Colleges and universities should strengthen Title IX’s role in preventing discrimination against pregnant and parenting students. Few administrators, faculty members or students know about Title IX’s protections for pregnant and parenting students. Title IX coordinators should work closely with other offices to develop and explain the need for excused absences for pregnancy, childbirth or related conditions; lactation rooms and policies; and protections against discrimination against pregnant and parenting students. If existing infrastructures and policies are in place, pregnant and parenting students will less likely need to rely on Title IX and the Office for Civil Rights as a tool for communication, and ultimately, a venue to resolve legal disputes.

Colleges and universities need structures that genuinely address the concerns of students. Students shouldn’t have to launch years-long media campaigns to get the attention of their administrators. That goes not only for parenting students but also other groups as well. (The continued struggles of black students on campuses nationwide come to mind.) We understand that change can be slow, but we both felt at times that some administrators were more concerned with PR than genuinely working with us to find solutions. It took significant outside pressure to make ourselves heard and get results.

Civic engagement among graduate students is a good thing. Many people advised both of us to abandon our campaigns and focus on our research (although each of us had support from key mentors, not to mention our families). It is true that taking on this advocacy work took time away from our families and our scholarship. At the same time, it also kept us engaged in our community and gave us a sense of urgency and agency, teaching us how to be tempered radicals -- serving as institutional change agents as graduate students.

We learned a good deal about how to influence our peers and those in power, and how to build and mobilize networks toward systemic change -- lessons we will not forget after graduation. Over all, our campuses are stronger and more inclusive because of our work, and we hope this continues to ripple out to other higher education institutions. In other words, it was worth it.

For students, don’t be afraid to speak up and advocate for yourselves. Things will never change while parents -- especially women -- suffer in silence. For graduate students without children, it is in your interest to make sure that parenting students are supported, not only because it means your colleagues and department will benefit, but you might need those resources yourselves one day.

For faculty members and administrators, ask yourselves, is your institution family-friendly? Does it offer paid family leave, lactation rooms and childcare support? Are those resources easy to find? Do you collect data about parents to make sure that these resources meet the need? Is there support for families not just for faculty, but for all members of the university community, including graduate students, staff and contract workers? If not, what can you do to change it?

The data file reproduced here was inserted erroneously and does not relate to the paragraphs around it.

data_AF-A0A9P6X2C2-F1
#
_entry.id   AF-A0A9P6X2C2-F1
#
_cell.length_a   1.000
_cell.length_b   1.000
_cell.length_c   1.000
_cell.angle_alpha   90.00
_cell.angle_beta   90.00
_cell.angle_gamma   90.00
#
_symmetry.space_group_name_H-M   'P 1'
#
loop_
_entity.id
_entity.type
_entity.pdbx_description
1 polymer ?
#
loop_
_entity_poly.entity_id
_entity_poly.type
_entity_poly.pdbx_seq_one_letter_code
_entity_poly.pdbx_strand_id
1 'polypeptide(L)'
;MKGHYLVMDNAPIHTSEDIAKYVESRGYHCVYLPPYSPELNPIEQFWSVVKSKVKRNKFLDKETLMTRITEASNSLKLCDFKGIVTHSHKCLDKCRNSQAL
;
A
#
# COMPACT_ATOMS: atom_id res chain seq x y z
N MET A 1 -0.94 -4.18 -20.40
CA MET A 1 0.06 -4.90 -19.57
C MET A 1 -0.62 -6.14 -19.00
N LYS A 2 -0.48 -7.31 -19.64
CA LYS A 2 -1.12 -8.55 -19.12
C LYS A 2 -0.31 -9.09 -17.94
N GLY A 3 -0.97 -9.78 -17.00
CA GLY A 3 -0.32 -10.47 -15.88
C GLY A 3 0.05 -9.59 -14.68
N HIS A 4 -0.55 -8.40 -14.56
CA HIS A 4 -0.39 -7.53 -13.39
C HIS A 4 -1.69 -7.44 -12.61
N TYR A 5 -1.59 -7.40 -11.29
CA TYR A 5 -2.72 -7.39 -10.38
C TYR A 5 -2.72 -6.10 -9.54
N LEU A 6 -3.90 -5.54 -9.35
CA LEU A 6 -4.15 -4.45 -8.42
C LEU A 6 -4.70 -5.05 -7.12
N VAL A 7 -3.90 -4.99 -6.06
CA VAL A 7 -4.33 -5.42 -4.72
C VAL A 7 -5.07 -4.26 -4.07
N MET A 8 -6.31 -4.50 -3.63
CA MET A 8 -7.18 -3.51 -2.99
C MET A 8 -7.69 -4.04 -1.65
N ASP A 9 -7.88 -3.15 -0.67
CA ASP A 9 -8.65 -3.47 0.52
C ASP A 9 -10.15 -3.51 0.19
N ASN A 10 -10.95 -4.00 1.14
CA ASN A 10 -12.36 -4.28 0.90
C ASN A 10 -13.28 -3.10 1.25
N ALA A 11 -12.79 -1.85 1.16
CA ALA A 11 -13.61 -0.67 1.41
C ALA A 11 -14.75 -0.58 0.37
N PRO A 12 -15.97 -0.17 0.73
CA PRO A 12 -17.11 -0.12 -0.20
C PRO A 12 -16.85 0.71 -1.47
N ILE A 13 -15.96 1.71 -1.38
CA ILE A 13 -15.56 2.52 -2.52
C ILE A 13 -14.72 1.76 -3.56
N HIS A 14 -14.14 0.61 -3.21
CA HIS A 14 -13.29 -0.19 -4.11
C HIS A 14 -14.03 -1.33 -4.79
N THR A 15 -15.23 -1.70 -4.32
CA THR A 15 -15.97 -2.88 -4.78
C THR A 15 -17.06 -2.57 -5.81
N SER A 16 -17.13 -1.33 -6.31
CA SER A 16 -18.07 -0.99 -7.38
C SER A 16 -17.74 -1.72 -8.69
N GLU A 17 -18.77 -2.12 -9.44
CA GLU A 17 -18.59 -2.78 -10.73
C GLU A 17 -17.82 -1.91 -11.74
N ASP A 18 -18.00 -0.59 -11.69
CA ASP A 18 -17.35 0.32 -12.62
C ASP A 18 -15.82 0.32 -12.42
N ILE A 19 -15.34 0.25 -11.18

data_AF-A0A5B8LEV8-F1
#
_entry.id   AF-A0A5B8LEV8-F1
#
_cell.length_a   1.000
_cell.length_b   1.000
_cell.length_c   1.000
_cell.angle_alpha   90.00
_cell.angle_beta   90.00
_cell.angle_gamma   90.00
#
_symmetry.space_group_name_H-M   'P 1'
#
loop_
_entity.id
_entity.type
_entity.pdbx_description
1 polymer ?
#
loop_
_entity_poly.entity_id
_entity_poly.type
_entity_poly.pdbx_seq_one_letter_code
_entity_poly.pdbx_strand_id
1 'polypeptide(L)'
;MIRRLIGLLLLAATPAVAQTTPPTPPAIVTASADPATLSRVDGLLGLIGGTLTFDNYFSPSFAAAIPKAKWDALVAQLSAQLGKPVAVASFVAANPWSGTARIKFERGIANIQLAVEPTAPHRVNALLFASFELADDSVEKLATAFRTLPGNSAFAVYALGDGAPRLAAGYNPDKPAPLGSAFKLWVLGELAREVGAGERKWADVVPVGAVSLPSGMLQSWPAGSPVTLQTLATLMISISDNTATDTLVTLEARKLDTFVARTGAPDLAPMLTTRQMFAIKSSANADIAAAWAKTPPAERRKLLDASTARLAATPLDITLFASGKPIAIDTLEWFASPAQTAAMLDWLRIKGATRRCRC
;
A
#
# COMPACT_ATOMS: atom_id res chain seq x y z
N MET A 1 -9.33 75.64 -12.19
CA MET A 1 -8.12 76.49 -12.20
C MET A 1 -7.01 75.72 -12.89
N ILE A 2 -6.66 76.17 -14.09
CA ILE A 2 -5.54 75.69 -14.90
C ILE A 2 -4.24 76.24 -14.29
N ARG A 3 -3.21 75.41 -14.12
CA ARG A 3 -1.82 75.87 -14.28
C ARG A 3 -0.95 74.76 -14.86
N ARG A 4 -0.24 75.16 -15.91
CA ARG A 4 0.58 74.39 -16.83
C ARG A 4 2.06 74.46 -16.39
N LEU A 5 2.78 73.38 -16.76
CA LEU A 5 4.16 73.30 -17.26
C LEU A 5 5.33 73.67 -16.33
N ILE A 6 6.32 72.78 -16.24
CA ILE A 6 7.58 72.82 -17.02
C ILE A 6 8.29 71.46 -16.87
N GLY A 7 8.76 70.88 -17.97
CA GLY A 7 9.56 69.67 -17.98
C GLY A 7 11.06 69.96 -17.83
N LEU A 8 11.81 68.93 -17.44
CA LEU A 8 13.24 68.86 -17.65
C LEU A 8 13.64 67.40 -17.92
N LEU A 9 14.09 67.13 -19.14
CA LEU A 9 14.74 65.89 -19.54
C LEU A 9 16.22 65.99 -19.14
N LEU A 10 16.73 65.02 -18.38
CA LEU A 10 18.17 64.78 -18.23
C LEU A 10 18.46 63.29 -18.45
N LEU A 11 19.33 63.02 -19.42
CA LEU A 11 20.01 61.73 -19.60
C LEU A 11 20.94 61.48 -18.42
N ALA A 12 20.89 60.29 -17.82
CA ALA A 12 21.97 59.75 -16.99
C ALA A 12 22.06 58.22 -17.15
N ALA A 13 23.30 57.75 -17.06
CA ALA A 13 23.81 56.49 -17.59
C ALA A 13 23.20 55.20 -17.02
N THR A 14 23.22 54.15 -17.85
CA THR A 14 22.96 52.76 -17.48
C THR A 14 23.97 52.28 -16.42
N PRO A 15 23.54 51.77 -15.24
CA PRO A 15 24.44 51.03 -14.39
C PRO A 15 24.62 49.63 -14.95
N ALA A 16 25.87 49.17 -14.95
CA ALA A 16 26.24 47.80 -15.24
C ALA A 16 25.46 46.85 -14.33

We recognize that we could not have accomplished what we did without the public support of our allies, including key faculty and student groups, and external organizations including unions, parenting rights organizations and national advocacy groups.

We must try to remember to pay this forward by speaking up for other groups who are struggling to be heard.

Over all, we take to heart Margaret Mead's quote “Never doubt that a small group of thoughtful, committed citizens can change the world; indeed, it's the only thing that ever has."

We took on these challenges even though we knew we would likely graduate before being able to benefit from these changes personally. Like the women who came before us, we did this work, in part, so our daughters won’t have to.


Inside Higher Ed reached out to Stanford and Northwestern for their responses, and here are their comments.

At Stanford, we've appreciated working with our student leaders, who persuasively conveyed the needs of students supporting families. Together, we’ve been identifying priorities: For example, we've launched a new Family Grant of up to $10K per year toward child care, health care, housing, or other expenses, as well as increased lactation resources and extended the childbirth accommodation period for birth parents to receive academic and financial support. Close collaboration with our graduate students will remain central as Stanford works to address a range of affordability challenges and provide resources that enable our students to thrive.

Northwestern University appreciates the advocacy of members of our campus community as they identify the ways in which we can become a more accessible and inclusive university. We are pleased to have several units on campus, including the Women's Center and the Work-Life program in Human Resources, that are working to make family friendly practices, policies and spaces integral elements of our institution's success.